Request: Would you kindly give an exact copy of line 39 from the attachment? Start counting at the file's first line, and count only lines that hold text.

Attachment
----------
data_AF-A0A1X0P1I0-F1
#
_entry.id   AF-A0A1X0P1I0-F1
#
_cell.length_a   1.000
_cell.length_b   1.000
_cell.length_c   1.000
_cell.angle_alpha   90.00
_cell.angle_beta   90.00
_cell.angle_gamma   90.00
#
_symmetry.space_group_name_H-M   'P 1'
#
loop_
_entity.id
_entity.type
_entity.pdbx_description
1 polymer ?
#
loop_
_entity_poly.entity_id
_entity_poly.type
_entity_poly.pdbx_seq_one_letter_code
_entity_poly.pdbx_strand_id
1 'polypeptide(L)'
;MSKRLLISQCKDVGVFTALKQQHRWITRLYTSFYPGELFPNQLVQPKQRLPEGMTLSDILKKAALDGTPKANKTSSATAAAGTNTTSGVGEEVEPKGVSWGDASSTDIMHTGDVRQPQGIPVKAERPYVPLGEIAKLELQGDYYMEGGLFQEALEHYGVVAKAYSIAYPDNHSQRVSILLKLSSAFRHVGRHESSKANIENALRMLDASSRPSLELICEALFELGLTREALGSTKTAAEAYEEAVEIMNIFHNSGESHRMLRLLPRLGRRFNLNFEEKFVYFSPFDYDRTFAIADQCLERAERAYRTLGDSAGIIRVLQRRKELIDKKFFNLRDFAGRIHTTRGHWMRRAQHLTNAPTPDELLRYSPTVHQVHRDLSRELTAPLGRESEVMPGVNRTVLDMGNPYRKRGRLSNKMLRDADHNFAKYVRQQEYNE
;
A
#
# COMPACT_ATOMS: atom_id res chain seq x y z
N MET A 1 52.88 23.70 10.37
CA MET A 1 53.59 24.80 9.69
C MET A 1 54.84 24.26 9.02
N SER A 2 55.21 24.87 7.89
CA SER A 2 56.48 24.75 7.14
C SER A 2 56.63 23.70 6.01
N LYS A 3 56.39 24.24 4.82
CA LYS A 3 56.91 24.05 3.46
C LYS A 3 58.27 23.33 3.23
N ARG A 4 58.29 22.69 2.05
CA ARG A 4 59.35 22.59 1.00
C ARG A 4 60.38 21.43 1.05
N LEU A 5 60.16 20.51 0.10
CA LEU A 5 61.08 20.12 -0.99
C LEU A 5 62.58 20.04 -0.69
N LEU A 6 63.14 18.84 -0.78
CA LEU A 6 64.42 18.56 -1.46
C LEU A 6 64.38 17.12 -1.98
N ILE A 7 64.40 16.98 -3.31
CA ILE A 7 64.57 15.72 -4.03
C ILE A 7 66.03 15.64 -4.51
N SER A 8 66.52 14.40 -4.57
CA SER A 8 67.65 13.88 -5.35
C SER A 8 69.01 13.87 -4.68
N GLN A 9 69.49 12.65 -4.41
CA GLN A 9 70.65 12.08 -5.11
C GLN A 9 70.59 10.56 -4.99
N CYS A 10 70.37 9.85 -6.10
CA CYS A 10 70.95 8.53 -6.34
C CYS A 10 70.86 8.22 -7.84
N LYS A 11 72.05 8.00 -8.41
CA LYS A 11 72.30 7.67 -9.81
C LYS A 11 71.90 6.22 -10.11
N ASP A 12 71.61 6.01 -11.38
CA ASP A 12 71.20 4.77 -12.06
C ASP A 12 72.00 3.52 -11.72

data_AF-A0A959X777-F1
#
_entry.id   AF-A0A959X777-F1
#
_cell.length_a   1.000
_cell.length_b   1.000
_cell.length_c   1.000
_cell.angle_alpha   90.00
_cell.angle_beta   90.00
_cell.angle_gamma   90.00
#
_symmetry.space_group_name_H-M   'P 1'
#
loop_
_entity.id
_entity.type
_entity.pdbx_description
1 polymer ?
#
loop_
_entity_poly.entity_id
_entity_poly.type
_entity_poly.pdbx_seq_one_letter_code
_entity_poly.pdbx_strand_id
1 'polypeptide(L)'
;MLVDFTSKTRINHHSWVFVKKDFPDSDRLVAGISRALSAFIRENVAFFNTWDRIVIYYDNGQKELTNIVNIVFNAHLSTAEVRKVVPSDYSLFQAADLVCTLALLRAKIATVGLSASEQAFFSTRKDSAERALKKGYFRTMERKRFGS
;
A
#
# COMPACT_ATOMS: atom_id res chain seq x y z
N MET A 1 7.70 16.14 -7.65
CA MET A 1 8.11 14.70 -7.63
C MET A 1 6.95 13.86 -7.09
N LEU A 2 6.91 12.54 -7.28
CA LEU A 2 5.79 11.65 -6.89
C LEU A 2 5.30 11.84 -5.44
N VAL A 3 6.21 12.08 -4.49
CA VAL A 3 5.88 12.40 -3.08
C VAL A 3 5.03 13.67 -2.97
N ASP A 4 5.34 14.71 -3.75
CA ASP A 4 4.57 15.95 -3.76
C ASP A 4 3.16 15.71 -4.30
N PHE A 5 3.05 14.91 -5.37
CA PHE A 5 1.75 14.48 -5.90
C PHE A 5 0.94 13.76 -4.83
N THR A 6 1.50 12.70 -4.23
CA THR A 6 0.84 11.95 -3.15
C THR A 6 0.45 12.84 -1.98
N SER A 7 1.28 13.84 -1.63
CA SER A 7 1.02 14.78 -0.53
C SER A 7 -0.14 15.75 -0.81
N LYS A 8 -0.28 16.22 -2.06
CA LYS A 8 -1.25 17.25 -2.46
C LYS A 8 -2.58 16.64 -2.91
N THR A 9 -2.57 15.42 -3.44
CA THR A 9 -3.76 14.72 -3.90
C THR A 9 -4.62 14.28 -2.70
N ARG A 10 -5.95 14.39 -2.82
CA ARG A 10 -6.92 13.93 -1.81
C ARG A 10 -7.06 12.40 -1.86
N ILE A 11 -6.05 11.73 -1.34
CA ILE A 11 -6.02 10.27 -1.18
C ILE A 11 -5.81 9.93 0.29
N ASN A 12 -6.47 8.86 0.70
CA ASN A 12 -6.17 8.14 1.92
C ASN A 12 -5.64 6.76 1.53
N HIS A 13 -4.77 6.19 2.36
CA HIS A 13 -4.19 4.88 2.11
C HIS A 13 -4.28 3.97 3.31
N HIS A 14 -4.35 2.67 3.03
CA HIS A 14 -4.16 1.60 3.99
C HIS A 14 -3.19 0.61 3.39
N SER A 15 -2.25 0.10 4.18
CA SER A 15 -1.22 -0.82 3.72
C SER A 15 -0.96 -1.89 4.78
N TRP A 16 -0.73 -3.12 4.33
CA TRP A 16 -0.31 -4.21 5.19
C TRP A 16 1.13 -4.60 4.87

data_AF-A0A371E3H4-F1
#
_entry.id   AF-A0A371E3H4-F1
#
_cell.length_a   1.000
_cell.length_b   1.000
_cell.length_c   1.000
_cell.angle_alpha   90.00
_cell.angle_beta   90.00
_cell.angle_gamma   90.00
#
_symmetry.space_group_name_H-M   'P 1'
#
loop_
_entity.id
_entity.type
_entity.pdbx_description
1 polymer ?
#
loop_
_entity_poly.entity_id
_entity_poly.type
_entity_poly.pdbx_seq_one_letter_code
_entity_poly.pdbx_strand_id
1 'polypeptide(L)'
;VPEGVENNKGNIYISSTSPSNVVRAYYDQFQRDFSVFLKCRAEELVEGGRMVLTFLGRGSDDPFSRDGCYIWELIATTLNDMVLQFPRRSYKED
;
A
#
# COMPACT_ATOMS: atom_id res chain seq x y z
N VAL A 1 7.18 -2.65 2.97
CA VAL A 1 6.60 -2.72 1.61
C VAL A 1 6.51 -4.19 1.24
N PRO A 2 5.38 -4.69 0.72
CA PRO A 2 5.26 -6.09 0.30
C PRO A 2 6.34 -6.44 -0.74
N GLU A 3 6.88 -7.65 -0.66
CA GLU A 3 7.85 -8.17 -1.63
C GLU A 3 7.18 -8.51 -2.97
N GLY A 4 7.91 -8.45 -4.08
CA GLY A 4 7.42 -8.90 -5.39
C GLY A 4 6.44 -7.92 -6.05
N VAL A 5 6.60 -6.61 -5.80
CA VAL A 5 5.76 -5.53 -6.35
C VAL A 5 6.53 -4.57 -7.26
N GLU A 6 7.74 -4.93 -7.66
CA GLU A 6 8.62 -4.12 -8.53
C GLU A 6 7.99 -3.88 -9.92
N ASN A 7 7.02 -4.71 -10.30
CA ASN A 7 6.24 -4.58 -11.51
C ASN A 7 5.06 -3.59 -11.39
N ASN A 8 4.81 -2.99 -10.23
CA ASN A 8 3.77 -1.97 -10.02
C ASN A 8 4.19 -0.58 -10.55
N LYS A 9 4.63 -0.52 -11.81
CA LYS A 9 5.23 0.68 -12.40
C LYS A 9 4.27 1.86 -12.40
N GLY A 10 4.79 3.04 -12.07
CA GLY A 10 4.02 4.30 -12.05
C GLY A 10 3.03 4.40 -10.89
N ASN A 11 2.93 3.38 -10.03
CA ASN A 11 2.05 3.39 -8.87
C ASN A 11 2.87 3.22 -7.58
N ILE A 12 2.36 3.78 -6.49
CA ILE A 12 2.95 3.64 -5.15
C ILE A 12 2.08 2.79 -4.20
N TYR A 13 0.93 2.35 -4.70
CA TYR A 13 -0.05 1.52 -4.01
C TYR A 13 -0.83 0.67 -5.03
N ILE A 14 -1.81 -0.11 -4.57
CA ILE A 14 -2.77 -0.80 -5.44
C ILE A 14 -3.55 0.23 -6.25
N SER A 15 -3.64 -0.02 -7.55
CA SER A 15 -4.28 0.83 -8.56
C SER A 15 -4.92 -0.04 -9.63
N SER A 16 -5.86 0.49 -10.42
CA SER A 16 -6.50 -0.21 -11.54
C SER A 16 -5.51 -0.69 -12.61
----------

C LYS A 3 58.27 23.33 3.23